Last Thursday, the Charleston County School District Board voted 5-4 to appoint Gerrita Postlewait as its new superintendent. The contentious vote in favor of Postlewait, a former Horry County superintendent, immediately elicited charges of racism from the board’s African-American members and cries from the community who allege the hiring process was not transparent. Given the accusations of secrecy and tokenism throughout the process of finding Nancy McGinley’s successor, it does not bode well for a smooth start for the new administration.

The perception that Postlewait was preordained to receive the job is made worse by earlier reports that white board members spoke with her without the knowledge of the board’s black members. Certainly, board members have the right to speak to any candidate they wish, but this racial division and the eventual decision to hire Postlewait seems to bolster the claims of a shadowy process.

Many decisions made by the Charleston County School Board often become politicized, polarizing the board and the community along racial lines. The fact that the board narrowly selected Postlewait over a highly qualified internal black candidate, Lisa Herring, only heightens the frustrations of African Americans who believe Herring was a superior candidate. Additionally, Board member Michael Miller noted that McGinley served in the same position under the late Maria Goodloe-Johnson when she was superintendent, chief academic officer. This prior precedent cast considerable doubt on Board Chairwoman Cindy Bohn Coats’ claim that someone with prior superintendent experience was needed for the top CCSD job.

Whether or not Postlewait is qualified to run the school district — and whether or not she’ll be successful — almost becomes immaterial given the controversy surrounding her hiring. One of the pervasive problems within the school district has been the superintendent’s inability to reach out to African-American communities served by failing schools. Many of the successful intervention and remediation programs started by McGinley only gained a foothold because of the trust she had built over time with black leaders and the community itself. Since Postlewait does not have the institutional knowledge of either Herring or interim superintendent Mike Bobby, who passed on the superintendent job, she’ll be starting at square one. One might even conclude that Postlewait is starting further back due to the suspicion that she was hired over a more deserving internal, minority candidate. It is ironic that these charges of racism by the elected board have occurred during this period of reconciliation, healing, and togetherness within the Charleston community. Whereas the Emanuel Nine brought this community together across racial lines, the school board’s actions seem destined to polarize the community once again, and to usher in a return to politics as usual.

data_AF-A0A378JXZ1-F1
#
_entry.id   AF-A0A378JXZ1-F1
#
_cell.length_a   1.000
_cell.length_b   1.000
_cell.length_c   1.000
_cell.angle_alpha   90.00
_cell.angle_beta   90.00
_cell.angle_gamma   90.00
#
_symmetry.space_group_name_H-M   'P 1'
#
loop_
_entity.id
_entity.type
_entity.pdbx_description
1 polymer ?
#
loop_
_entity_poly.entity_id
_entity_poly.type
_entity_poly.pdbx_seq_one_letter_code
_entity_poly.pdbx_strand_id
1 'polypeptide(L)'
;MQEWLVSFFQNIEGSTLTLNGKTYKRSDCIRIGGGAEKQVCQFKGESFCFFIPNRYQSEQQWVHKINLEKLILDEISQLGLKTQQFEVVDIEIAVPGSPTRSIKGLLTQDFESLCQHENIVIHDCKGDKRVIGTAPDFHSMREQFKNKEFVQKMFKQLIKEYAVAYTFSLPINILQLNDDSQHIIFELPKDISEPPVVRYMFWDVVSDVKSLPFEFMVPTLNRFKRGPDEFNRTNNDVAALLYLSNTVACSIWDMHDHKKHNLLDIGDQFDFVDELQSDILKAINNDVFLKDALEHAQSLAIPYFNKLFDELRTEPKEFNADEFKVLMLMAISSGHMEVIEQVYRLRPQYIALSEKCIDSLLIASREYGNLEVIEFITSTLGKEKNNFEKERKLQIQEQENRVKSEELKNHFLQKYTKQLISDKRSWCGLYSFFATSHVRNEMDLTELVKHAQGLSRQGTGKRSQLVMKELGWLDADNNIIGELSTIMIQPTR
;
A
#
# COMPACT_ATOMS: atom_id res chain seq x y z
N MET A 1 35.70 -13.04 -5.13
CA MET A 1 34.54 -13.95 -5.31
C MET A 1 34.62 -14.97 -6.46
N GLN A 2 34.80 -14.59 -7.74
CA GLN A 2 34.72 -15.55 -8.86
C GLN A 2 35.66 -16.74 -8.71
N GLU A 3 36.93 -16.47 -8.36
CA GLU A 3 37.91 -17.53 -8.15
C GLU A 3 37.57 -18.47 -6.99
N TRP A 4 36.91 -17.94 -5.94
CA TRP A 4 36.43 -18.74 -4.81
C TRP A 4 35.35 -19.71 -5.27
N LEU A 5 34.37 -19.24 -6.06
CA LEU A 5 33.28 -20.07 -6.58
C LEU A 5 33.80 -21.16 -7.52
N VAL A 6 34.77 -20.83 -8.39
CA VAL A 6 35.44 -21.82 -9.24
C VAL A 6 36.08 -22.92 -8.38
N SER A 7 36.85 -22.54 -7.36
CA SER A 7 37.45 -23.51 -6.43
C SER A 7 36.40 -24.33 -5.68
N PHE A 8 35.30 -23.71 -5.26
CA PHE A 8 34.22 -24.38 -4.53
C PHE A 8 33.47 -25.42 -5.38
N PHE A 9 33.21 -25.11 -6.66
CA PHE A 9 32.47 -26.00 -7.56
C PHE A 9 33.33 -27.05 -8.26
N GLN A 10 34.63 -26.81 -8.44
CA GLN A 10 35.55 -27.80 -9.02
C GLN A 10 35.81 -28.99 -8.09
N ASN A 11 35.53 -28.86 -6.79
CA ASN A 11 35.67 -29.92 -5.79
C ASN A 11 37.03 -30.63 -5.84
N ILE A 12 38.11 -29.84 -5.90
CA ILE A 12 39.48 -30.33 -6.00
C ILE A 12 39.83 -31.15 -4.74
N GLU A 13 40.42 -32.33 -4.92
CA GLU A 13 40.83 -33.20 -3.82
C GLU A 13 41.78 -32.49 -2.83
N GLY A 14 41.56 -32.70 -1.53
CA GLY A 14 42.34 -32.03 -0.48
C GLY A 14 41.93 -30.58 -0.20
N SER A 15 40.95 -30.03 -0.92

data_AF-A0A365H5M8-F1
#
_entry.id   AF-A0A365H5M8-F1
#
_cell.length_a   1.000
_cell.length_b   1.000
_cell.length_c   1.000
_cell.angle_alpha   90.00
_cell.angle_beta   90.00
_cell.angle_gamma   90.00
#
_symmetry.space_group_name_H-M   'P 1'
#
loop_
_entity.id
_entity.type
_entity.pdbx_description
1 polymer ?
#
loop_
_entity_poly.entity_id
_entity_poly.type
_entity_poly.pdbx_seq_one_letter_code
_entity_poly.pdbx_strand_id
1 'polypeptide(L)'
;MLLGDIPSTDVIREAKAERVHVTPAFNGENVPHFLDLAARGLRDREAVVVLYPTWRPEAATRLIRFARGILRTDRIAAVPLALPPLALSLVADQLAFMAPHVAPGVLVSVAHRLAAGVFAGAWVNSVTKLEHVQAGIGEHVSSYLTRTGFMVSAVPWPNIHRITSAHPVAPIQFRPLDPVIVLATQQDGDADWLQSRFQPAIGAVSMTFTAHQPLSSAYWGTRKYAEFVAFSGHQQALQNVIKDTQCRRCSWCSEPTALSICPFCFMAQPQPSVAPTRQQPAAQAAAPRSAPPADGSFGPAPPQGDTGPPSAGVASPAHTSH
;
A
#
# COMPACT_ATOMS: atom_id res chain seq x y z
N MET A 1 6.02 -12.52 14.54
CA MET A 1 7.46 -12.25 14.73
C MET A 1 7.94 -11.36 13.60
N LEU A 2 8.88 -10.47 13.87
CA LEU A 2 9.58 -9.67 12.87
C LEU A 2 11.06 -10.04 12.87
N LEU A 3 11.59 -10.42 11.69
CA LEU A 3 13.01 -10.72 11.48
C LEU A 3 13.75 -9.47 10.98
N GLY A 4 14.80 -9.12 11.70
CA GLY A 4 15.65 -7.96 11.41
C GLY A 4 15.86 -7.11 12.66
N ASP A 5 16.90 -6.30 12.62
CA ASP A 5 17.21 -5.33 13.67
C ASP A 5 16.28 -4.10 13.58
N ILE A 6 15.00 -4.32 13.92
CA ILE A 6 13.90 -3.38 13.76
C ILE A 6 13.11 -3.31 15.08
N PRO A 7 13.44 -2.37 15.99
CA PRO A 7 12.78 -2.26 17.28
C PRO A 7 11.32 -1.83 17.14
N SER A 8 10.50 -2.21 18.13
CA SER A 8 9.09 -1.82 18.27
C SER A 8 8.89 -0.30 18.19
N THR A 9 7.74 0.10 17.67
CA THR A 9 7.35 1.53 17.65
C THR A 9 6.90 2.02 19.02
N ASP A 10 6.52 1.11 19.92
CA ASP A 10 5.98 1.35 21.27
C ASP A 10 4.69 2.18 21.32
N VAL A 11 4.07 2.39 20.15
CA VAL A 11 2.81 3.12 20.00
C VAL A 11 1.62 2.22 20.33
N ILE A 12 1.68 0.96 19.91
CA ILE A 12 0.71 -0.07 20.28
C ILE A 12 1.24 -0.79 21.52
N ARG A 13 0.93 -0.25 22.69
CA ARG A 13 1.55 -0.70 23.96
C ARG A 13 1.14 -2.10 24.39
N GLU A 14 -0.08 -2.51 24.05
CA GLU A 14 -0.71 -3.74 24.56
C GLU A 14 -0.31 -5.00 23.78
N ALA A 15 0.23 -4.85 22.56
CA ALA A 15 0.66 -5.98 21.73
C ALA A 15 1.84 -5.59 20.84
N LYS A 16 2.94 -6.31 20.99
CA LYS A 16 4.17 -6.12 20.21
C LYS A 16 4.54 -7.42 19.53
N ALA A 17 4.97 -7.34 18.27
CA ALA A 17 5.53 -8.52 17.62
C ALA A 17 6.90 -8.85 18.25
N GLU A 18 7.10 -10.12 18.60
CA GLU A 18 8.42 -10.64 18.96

If there is one thing that is clear, it’s that the unfortunate circumstances behind Nancy McGinley’s resignation continue to reverberate. Prior to McGinley, one of Charleston’s longest-serving superintendents, there was a revolving door of failed hires and short-term superintendents who fell prey to board politics. Because of the controversial way the school board chose to hire its new superintendent, the district’s outreach efforts toward the African-American community will be made all the more difficult. Hopefully, Postlewait has the skills and experience in community-building to overcome what will likely be a rough start.

If Postlewait is not able to resolve these differences and build bridges to the African-American community and the board members who were disaffected by the search and hiring process, we may soon see another quick succession of superintendents, which would only lead to more controversy, finger pointing, disjointed leadership, and a blissful longing for the days of Nancy McGinley.

Dwayne Green is a licensed attorney practicing in Charleston. He is a former assistant attorney for the City of Charleston and graduated from Princeton University with a degree in politics and the University of Iowa College of Law.

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